First Amendment Foundation says redacting state-owned cellphone records ‘legally invalid’

By on April 12th, 2013

The Florida Public Service Commission is refusing to release telephone records of its members involving calls it says are private, despite a court ruling that all such records are public.

The telephone records are important because WUFT News is investigating whether commission members have been unduly influenced by the industries they regulate — and whether favoritism has affected the electricity bills Floridians pay.

The Public Service Commission insists that phone calls it deems private are not subject to the state’s sunshine laws requiring government agencies to conduct their business in public.

However, the Florida 7th Circuit Court ruled in 2010 that even private phone calls made by public officials on publicly provided cellphones are public record.

That ruling was cited by the Florida First Amendment Foundation, which upon a request from WUFT News, sent a letter to the Public Service Commission on Thursday declaring its reluctance to release phone records “legally invalid”

Florida Attorney General Robert Butterworth wrote in an opinion that records of phone calls made on “equipment owned or leased by” state agencies are subject to disclosure, even when “the costs of the personal telephone calls are being reimbursed.”

On Feb. 14, WUFT requested billing records associated with the state-owned cellphones of Public Service Commissioner Lisa Edgar and her chief aide Roberta Bass. Both Edgar and Bass — under the guidance of Curt Kiser, general counsel for the commission — labeled calls as “personal” on the phone records, which the clerk’s office then redacted.

Kiser has not returned messages from Thursday afternoon and Friday morning for comment. 

At the time of the initial request, he responded via email:

“The Florida Public Service Commission does not provide information concerning employees’ personal telephone calls because personal telephone calls do not meet the definition of ‘public record’ and for that reason are not subject to disclosure.”

This is not the first time the commission has been challenged for redacting personal calls. In September 2010, the Sun Sentinel printed a public records request from an anonymous resident asking for the cellphone records of multiple PSC commissioners and staff members, including Roberta Bass.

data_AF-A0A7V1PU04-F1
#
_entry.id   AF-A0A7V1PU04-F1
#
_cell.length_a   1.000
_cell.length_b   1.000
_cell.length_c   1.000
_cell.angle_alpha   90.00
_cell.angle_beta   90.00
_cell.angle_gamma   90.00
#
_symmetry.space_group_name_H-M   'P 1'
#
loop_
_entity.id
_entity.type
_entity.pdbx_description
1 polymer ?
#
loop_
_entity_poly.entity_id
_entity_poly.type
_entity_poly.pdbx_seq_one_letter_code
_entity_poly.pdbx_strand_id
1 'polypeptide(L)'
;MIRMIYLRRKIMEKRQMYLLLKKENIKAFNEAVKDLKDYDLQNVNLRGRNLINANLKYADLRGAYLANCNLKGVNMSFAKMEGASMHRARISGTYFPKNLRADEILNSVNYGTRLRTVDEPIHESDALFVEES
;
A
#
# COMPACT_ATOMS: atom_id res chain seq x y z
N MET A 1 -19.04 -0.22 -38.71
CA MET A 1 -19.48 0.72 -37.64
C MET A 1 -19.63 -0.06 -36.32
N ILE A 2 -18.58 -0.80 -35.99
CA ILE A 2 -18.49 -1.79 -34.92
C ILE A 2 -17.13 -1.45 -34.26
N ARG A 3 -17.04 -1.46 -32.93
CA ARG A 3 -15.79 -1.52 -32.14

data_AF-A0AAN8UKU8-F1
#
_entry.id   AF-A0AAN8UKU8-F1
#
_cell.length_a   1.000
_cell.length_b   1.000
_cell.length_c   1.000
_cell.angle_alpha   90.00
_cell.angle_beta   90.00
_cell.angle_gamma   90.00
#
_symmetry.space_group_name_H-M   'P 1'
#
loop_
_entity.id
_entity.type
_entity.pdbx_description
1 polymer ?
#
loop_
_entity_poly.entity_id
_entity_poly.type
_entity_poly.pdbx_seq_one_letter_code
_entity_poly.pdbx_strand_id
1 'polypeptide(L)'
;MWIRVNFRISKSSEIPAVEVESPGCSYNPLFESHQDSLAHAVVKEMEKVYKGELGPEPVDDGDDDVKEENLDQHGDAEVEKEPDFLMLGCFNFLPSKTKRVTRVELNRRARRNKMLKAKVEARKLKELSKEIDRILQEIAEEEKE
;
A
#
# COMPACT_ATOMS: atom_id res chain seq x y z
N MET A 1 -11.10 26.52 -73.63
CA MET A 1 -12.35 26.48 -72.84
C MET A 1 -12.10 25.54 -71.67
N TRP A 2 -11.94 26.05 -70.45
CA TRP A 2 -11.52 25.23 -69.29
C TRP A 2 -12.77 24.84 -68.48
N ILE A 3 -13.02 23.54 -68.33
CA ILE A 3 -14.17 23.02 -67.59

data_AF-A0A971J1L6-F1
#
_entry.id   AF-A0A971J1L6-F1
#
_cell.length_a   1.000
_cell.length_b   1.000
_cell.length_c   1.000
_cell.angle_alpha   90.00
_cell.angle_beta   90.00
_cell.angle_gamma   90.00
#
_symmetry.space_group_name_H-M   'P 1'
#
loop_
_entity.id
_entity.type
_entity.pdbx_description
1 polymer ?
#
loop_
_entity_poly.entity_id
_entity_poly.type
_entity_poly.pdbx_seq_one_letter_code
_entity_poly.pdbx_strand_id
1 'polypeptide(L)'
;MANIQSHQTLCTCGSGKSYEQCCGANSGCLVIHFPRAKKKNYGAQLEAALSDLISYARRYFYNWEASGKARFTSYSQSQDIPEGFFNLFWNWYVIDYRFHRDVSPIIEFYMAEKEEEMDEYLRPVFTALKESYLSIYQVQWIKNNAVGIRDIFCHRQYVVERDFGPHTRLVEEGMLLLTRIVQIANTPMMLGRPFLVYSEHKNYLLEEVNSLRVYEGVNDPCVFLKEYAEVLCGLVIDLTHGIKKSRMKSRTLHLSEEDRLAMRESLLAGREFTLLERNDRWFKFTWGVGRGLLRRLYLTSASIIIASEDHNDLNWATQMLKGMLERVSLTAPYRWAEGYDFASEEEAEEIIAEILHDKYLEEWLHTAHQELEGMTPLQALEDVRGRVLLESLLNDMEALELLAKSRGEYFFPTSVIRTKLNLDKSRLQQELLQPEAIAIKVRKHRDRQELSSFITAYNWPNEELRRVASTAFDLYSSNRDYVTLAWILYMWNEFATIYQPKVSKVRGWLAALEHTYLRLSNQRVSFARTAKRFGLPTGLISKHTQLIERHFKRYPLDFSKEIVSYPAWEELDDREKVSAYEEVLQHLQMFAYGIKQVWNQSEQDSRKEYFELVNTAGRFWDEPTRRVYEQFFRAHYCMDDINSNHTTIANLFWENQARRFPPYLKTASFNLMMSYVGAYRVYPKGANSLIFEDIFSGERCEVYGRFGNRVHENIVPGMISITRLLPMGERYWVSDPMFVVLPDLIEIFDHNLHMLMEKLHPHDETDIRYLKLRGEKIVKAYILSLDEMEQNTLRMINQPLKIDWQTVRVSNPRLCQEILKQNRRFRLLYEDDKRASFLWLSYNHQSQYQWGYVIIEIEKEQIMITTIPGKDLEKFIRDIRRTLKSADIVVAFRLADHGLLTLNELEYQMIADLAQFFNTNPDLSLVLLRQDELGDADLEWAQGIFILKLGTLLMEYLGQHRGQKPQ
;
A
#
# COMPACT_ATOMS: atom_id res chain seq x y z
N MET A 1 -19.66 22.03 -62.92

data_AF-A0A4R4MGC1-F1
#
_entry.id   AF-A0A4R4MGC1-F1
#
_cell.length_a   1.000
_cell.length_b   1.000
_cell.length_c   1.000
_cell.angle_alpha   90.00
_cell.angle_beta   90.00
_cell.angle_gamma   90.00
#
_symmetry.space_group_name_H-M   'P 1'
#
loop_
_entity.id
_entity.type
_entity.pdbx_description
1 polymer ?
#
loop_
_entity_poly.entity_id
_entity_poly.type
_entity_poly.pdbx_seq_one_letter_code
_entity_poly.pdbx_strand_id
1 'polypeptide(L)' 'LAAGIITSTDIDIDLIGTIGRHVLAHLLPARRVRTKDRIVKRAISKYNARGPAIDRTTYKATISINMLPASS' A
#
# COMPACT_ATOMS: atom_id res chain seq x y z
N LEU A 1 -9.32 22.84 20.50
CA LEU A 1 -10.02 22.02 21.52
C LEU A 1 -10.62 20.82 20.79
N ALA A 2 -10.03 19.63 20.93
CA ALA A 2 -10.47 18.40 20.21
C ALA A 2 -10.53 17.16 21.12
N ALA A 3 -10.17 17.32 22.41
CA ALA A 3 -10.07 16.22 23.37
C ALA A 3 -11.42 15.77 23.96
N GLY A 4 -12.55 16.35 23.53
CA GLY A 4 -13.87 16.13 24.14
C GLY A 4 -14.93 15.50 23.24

Eventually, commission released the un-redacted records after pressure from open government advocates. Kiser said Bass agreed to release the personal calls, even though the commission’s interpretation of the Public Records Act did not require her to do so.


This entry was posted in Florida and tagged , , , , , . Bookmark the permalink.

More Stories in Florida

Open-Carry Gun Bill Bangs Into Business Concerns

Several lawmakers in both parties and an influential business group expressed concerns about the potential impact of the proposal on private property rights.

Sofia DeCerce, 21, a senior studying health education and behavior, and Lindsay Pearl, 19, a sophomore studying health science discuss programs GatorWell offers with Ronit Dastidar, 19, a microbiology sophomore. "People are going to keep doing what they're doing, but it's important to make sure that they're informed to the correct way to do those activities," Dastidar said.

Florida Ranked 47th In Sexual Health, Could Be Due To Educational Lack

Florida ranked 47th in the United States for sexual health by the State by State Safer Sex Index. Melissa St. Onge, communications manager for Planned Parenthood of South, East and North Florida, said she was not surprised to hear Florida ranked so low on the survey, and that sexual health conversations should start at home and continue with education in class.

Survey: Floridians Oppose Guns On Campus

Almost three-quarters of Floridians — 73 percent — oppose allowing students with concealed-weapons permits to carry guns on campus.


Judge Refuses to Stop Florida Black Bear Hunt

A Leon County judged ruled that Florida’s first black bear hunt in 21 years will indeed happen. The ruling says that a state wildlife agency was within its right to schedule the hunt.

The existing seal of the  Florida state senate. A committee is reviewing whether the Confederate flag should be removed.

Florida’s Senators Consider Removing Confederate Flag From State Senate Seal

The Senate Rules Committee will meet Oct. 8 to begin re-examining the current emblem of the chamber. Under Senate rules, the seal includes “a fan of the five flags which have flown over Florida” — those of the United States, Confederate States of America, France, Great Britain and Spain.

Thank you for your support

WUFT depends on the support of our community — people like you — to help us continue to provide quality programming to North Central Florida.
Become a Sustainer
I want to support FM 89.1/NPR
I want to support Florida's 5/PBS
Donate a Vehicle
Underwriting Payments